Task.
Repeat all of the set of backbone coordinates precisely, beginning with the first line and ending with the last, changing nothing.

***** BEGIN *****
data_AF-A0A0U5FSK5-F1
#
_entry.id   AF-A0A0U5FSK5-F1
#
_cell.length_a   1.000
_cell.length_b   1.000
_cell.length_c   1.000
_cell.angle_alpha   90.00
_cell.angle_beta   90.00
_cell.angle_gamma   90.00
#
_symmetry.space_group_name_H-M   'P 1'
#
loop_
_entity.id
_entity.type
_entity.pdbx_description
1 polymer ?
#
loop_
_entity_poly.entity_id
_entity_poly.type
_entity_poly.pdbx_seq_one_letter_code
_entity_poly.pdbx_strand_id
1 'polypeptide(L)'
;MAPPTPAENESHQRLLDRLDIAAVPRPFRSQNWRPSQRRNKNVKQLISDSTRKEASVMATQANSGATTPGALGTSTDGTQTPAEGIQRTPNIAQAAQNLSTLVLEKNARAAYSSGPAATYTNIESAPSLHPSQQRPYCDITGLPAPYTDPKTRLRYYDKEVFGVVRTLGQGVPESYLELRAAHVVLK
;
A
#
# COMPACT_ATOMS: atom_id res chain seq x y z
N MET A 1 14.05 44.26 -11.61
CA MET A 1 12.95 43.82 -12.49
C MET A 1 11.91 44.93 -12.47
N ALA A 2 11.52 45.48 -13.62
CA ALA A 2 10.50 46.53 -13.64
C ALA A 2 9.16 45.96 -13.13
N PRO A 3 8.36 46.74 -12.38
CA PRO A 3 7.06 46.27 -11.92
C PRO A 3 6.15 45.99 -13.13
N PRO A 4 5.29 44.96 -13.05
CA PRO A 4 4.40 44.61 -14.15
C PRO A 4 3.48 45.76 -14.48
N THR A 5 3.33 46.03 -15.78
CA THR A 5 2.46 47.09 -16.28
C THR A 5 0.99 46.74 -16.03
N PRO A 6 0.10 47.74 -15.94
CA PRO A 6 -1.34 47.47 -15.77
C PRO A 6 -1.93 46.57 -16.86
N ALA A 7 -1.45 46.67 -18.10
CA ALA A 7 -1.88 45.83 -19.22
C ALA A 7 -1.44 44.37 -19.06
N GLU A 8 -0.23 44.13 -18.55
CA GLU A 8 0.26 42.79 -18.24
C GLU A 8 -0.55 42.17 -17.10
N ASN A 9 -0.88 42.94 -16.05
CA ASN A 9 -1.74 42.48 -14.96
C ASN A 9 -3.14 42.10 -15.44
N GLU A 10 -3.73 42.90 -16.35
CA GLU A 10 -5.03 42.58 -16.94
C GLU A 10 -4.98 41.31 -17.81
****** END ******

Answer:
data_AF-A0A0U5FSK5-F1
#
_entry.id   AF-A0A0U5FSK5-F1
#
_cell.length_a   1.000
_cell.length_b   1.000
_cell.length_c   1.000
_cell.angle_alpha   90.00
_cell.angle_beta   90.00
_cell.angle_gamma   90.00
#
_symmetry.space_group_name_H-M   'P 1'
#
loop_
_entity.id
_entity.type
_entity.pdbx_description
1 polymer ?
#
loop_
_entity_poly.entity_id
_entity_poly.type
_entity_poly.pdbx_seq_one_letter_code
_entity_poly.pdbx_strand_id
1 'polypeptide(L)'
;MAPPTPAENESHQRLLDRLDIAAVPRPFRSQNWRPSQRRNKNVKQLISDSTRKEASVMATQANSGATTPGALGTSTDGTQTPAEGIQRTPNIAQAAQNLSTLVLEKNARAAYSSGPAATYTNIESAPSLHPSQQRPYCDITGLPAPYTDPKTRLRYYDKEVFGVVRTLGQGVPESYLELRAAHVVLK
;
A
#
# COMPACT_ATOMS: atom_id res chain seq x y z
N MET A 1 14.05 44.26 -11.61
CA MET A 1 12.95 43.82 -12.49
C MET A 1 11.91 44.93 -12.47
N ALA A 2 11.52 45.48 -13.62
CA ALA A 2 10.50 46.53 -13.64
C ALA A 2 9.16 45.96 -13.13
N PRO A 3 8.36 46.74 -12.38
CA PRO A 3 7.06 46.27 -11.92
C PRO A 3 6.15 45.99 -13.13
N PRO A 4 5.29 44.96 -13.05
CA PRO A 4 4.40 44.61 -14.15
C PRO A 4 3.48 45.76 -14.48
N THR A 5 3.33 46.03 -15.78
CA THR A 5 2.46 47.09 -16.28
C THR A 5 0.99 46.74 -16.03
N PRO A 6 0.10 47.74 -15.94
CA PRO A 6 -1.34 47.47 -15.77
C PRO A 6 -1.93 46.57 -16.86
N ALA A 7 -1.45 46.67 -18.10
CA ALA A 7 -1.88 45.83 -19.22
C ALA A 7 -1.44 44.37 -19.06
N GLU A 8 -0.23 44.13 -18.55
CA GLU A 8 0.26 42.79 -18.24
C GLU A 8 -0.55 42.17 -17.10
N ASN A 9 -0.88 42.94 -16.05
CA ASN A 9 -1.74 42.48 -14.96
C ASN A 9 -3.14 42.10 -15.44
N GLU A 10 -3.73 42.90 -16.35
CA GLU A 10 -5.03 42.58 -16.94
C GLU A 10 -4.98 41.31 -17.81